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On The Welfare And Distributional Implications Of Intermediation Costs

  • Tiago V. de V. Cavalcanti
  • Anne P. Villamil

This paper studies the distributional implications of intermediation costs. We built a "Bewley" model economy where individuals experience uninsurable idiosyncratic shocks on labor productivity and financial intermediation is costly. Individuals smooth consumption by making deposits to a financial intermediary in good times and by running down credit balances or getting loans in bad times. Higher intermediation costs (IC) increase the costs for individuals to insure against idiosyncratic shocks and to smooth consumption over time. When IC increase by a factor of 10 from its baseline value of 4% (US case), aggregate welfare decreases by less than 1% of the average consumption. For those at the bottom 1% of the wealth distribution the welfare costs are roughly 41% of their consumption, while for those at the top 1% it is -0.17%.

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Paper provided by ANPEC - Associação Nacional dos Centros de Pósgraduação em Economia [Brazilian Association of Graduate Programs in Economics] in its series Anais do XXXIII Encontro Nacional de Economia [Proceedings of the 33th Brazilian Economics Meeting] with number 087.

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Date of creation: 2005
Date of revision:
Handle: RePEc:anp:en2005:087
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  1. Douglas Gollin, 2002. "Getting Income Shares Right," Journal of Political Economy, University of Chicago Press, vol. 110(2), pages 458-474, April.
  2. R. Mehra & E. Prescott, 2010. "The equity premium: a puzzle," Levine's Working Paper Archive 1401, David K. Levine.
  3. Andrés Erosa & Gustavo Ventura, 2000. "On Inflation as a Regressive Consumption Tax," UWO Department of Economics Working Papers 20001, University of Western Ontario, Department of Economics.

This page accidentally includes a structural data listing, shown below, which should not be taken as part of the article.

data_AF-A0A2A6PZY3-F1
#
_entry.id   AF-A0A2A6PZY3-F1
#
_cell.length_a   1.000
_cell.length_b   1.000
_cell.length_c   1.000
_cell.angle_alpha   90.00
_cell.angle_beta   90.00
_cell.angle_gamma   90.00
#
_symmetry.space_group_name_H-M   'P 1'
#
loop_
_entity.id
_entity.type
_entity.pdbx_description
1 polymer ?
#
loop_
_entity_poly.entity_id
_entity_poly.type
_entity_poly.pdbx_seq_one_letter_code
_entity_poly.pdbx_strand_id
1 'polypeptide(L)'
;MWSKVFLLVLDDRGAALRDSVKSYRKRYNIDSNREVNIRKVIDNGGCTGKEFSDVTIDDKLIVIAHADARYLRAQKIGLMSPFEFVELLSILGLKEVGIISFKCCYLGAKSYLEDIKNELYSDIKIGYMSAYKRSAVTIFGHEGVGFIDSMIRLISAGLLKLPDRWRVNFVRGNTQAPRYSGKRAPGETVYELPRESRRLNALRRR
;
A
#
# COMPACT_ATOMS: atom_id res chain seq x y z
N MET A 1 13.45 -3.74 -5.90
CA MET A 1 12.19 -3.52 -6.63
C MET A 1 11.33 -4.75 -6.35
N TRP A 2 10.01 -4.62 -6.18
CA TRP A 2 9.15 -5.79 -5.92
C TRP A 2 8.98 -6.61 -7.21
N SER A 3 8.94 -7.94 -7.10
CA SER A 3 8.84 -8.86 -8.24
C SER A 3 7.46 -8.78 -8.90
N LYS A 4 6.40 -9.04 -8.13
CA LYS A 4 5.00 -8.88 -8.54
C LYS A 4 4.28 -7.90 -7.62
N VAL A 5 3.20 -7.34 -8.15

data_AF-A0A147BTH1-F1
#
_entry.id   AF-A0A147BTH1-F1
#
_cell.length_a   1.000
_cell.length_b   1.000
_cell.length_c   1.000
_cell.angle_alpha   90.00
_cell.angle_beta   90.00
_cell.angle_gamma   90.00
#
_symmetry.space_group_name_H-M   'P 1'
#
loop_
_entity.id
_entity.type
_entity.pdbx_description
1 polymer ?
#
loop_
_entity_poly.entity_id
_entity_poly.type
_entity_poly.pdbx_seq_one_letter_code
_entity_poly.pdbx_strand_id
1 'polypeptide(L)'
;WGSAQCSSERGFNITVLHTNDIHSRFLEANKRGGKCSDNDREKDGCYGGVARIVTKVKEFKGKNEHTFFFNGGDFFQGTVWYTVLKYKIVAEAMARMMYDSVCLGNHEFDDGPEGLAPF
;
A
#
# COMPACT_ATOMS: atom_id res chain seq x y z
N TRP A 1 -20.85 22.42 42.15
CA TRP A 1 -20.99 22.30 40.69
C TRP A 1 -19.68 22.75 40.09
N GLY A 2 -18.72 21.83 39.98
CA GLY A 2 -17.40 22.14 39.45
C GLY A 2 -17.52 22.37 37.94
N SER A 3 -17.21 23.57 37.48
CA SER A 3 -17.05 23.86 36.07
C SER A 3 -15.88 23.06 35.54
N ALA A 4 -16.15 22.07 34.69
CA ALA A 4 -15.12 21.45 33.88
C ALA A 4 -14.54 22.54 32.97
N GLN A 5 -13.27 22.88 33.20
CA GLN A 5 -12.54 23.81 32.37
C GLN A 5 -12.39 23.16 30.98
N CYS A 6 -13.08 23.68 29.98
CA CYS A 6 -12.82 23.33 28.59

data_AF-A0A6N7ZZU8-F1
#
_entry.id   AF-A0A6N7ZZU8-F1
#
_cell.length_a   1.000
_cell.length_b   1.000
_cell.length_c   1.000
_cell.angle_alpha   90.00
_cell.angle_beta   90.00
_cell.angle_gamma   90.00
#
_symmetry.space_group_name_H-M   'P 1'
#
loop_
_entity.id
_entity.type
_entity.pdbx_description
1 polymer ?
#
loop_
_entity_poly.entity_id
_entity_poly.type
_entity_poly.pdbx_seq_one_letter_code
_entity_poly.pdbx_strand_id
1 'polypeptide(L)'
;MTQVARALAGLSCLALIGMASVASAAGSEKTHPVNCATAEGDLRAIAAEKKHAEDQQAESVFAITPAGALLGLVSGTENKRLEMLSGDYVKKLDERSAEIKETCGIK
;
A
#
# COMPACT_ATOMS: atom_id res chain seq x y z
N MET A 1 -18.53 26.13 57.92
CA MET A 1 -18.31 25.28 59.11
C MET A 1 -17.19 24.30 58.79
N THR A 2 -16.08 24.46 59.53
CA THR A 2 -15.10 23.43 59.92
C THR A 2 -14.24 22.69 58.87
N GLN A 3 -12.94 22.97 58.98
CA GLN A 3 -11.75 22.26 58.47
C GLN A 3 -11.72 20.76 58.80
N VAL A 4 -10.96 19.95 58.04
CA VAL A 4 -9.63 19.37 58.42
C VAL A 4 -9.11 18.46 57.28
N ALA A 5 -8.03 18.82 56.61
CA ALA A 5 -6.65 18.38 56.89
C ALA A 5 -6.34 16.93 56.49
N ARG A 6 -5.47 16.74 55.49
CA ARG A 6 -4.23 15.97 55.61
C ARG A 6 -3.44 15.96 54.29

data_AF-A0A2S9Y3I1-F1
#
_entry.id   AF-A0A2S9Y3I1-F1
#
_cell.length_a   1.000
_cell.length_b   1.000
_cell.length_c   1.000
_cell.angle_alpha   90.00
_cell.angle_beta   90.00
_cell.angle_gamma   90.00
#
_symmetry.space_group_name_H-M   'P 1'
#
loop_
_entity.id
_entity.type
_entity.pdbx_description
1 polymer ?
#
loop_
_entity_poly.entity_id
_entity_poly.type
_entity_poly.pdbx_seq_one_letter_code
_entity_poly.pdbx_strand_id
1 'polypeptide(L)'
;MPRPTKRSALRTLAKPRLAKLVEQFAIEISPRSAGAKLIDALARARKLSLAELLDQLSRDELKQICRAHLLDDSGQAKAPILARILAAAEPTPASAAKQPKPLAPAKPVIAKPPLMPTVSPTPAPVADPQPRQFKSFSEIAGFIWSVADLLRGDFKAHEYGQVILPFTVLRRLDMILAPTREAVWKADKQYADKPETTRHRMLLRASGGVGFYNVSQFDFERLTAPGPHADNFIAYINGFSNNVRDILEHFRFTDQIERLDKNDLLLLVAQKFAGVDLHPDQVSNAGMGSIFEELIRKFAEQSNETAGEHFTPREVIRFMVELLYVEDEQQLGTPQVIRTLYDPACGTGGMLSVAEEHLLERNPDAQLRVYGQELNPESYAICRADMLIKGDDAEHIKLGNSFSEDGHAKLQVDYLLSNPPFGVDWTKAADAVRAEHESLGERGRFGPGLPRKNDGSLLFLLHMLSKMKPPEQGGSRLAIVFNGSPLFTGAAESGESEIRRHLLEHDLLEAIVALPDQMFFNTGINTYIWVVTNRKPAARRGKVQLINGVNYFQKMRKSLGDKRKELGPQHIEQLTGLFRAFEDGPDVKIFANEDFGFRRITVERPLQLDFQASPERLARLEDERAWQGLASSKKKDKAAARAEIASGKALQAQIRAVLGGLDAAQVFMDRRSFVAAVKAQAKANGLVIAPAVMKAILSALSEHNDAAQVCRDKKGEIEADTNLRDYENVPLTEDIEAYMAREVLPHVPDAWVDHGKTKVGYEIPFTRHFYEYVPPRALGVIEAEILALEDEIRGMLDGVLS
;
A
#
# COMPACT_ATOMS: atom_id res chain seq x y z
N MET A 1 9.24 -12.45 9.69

4. Andres Erosa, 2001. "Financial Intermediation and Occupational Choice in Development," Review of Economic Dynamics, Elsevier for the Society for Economic Dynamics, vol. 4(2), pages 303-334, April.
  5. Marco Cagetti & Mariacristina De Nardi, 2005. "Entrepreneurship, frictions, and wealth," Working Paper Series WP-05-09, Federal Reserve Bank of Chicago.
  6. Lucas, Robert E, Jr, 1990. "Supply-Side Economics: An Analytical Review," Oxford Economic Papers, Oxford University Press, vol. 42(2), pages 293-316, April.
  7. Vincenzo Quadrini, 1997. "Entrepreneurship, saving and social mobility," Discussion Paper / Institute for Empirical Macroeconomics 116, Federal Reserve Bank of Minneapolis.
  8. Huggett, Mark, 1993. "The risk-free rate in heterogeneous-agent incomplete-insurance economies," Journal of Economic Dynamics and Control, Elsevier, vol. 17(5-6), pages 953-969.
  9. Asli Demirguc-Kunt & Luc Laeven & Ross Levine, 2003. "Regulations, Market Structure, Institutions, and the Cost of Financial Intermediation," NBER Working Papers 9890, National Bureau of Economic Research, Inc.
  10. Javier Diaz-Gimenez & Edward C. Prescott & Terry Fitzgerald & Fernando Alvarez, 1992. "Banking in computable general equilibrium economies," Staff Report 153, Federal Reserve Bank of Minneapolis.
  11. Anne P. Villamil & António Antunes & Tiago V. de V. Cavalcanti, 2005. "Intermediation Costs, Investor Protection, and Economic Development," 2005 Meeting Papers 712, Society for Economic Dynamics.
  12. Beck, Thorsten & Demirguc-Kunt, Asli & Levine, Ross, 1999. "A new database on financial development and structure," Policy Research Working Paper Series 2146, The World Bank.
  13. Antunes, António & Cavalcanti, Tiago & Villamil, Anne, 2008. "The effect of financial repression and enforcement on entrepreneurship and economic development," Journal of Monetary Economics, Elsevier, vol. 55(2), pages 278-297, March.
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